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Rumford Chem. Wks. v. Hygienic Chem. Co.

Nov 29, 1909
215 U.S. 156 (1909)


holding that the concept of substantial control refers to "the right to intermeddle in any way in the conduct of the case"

Summary of this case from Gonzalez v. Banco Cent. Corp.



Nos. 9, 121.

Argued November 1, 1909. Decided November 29, 1909.

Although in subsequent cases a party may have proved his facts, the question when here must be decided on the evidence below in the particular case. Although one not a party may have contributed to the expenses of a former suit by reason of business or indirect interest, if it is not shown he had any right to participate in the conduct of the case he is not bound as a privy. Where the Circuit Court and Circuit Court of Appeals of the same circuit agree on certain facts this court will not reverse the finding in a case coming from that circuit notwithstanding the same fact may not have been found by the courts of another circuit. 154 F. 65, affirmed; 157 F. 436, reversed.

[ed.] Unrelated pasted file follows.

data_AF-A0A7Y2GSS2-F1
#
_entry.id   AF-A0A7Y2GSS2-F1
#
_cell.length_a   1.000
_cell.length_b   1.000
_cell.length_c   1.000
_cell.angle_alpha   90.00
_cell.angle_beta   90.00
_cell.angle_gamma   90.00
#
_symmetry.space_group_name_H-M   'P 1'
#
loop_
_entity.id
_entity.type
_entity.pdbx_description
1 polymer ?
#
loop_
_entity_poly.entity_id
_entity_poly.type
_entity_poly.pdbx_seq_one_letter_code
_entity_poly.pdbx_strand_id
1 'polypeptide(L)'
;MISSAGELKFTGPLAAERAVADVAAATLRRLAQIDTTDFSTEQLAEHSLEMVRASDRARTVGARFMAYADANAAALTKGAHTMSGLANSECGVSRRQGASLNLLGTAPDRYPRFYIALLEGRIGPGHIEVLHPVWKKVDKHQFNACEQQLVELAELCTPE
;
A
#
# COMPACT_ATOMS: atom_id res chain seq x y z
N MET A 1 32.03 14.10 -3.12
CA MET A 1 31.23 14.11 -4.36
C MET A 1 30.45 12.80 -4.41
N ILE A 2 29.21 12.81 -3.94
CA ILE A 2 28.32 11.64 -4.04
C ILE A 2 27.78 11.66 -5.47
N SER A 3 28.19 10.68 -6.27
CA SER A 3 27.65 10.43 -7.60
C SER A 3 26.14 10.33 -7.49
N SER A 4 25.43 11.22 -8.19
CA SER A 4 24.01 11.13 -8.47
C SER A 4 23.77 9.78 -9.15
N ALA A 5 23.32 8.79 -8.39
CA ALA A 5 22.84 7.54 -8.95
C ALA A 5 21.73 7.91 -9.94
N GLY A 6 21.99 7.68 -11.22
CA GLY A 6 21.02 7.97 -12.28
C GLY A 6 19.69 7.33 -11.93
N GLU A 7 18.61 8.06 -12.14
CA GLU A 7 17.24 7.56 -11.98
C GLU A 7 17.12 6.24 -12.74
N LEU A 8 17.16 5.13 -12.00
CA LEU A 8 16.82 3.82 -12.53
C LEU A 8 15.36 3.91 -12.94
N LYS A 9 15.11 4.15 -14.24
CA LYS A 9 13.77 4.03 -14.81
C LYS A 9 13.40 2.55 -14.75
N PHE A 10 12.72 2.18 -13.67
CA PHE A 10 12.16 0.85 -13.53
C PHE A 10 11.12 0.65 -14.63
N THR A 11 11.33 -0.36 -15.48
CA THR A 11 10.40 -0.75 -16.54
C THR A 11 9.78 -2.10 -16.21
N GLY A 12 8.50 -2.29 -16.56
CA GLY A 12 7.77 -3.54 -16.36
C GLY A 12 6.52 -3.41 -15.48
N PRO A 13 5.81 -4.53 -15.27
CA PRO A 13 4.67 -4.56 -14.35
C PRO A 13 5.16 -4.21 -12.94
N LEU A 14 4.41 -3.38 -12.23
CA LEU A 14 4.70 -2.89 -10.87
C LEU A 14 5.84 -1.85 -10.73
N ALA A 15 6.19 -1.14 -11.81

THE facts are stated in the opinion.

Mr. Philip Mauro, with whom Mr. C.A.L. Massie was on the brief, for Rumford Chemical Works:

A prima facie case against both Hygienic companies is made out by the admissions without the aid of other proof regardless of the Clotworthy deposition. Hutter v. Stopper Co., 128 F. 283; United Shirt Collar Co. v. Beattie, 149 F. 736, 742.

There was no denial or explanation by either infringing company: cases supra and Signal Co. v. Electric Co., 97 F. 810; aff'd 107 F. 284; Hemolin v. Dyewood Co., 131 F. 483; aff'd 138 F. 54; certiorari denied, 199 U.S. 608.